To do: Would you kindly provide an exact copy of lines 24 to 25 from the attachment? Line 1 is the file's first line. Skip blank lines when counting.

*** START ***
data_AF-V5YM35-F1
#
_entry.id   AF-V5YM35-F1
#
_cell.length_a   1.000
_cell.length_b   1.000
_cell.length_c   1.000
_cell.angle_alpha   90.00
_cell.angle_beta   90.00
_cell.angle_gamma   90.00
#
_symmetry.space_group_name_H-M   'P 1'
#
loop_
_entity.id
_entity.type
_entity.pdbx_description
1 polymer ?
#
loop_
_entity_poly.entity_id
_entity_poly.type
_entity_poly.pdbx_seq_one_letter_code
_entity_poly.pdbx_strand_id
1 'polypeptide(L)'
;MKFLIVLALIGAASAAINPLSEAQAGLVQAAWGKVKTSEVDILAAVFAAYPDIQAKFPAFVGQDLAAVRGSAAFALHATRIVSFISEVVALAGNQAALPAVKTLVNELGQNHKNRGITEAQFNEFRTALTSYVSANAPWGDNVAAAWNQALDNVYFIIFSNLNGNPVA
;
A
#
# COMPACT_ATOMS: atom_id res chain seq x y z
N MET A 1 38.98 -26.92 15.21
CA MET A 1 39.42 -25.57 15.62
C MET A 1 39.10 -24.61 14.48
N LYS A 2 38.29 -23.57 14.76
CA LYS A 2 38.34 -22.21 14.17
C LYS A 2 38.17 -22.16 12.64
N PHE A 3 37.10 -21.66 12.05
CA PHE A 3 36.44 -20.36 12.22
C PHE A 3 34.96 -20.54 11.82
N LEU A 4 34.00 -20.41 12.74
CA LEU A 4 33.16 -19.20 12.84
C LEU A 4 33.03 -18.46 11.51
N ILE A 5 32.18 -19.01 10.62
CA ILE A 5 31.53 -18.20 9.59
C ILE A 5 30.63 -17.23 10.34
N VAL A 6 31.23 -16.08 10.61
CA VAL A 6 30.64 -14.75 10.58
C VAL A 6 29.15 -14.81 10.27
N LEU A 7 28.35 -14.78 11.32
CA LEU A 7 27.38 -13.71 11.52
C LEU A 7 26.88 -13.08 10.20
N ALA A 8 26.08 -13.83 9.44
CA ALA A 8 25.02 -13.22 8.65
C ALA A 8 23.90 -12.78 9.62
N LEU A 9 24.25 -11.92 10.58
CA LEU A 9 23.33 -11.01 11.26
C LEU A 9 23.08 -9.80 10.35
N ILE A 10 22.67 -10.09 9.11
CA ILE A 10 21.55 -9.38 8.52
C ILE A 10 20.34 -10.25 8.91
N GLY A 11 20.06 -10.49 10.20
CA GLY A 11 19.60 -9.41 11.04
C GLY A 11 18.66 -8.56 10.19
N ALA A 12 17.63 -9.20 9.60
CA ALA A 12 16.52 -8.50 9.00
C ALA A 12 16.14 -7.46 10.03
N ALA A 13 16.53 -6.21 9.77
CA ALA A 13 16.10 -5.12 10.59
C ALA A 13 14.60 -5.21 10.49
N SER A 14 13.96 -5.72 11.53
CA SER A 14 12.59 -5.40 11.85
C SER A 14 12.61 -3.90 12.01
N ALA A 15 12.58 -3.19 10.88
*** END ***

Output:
_entity_poly.pdbx_strand_id
1 'polypeptide(L)'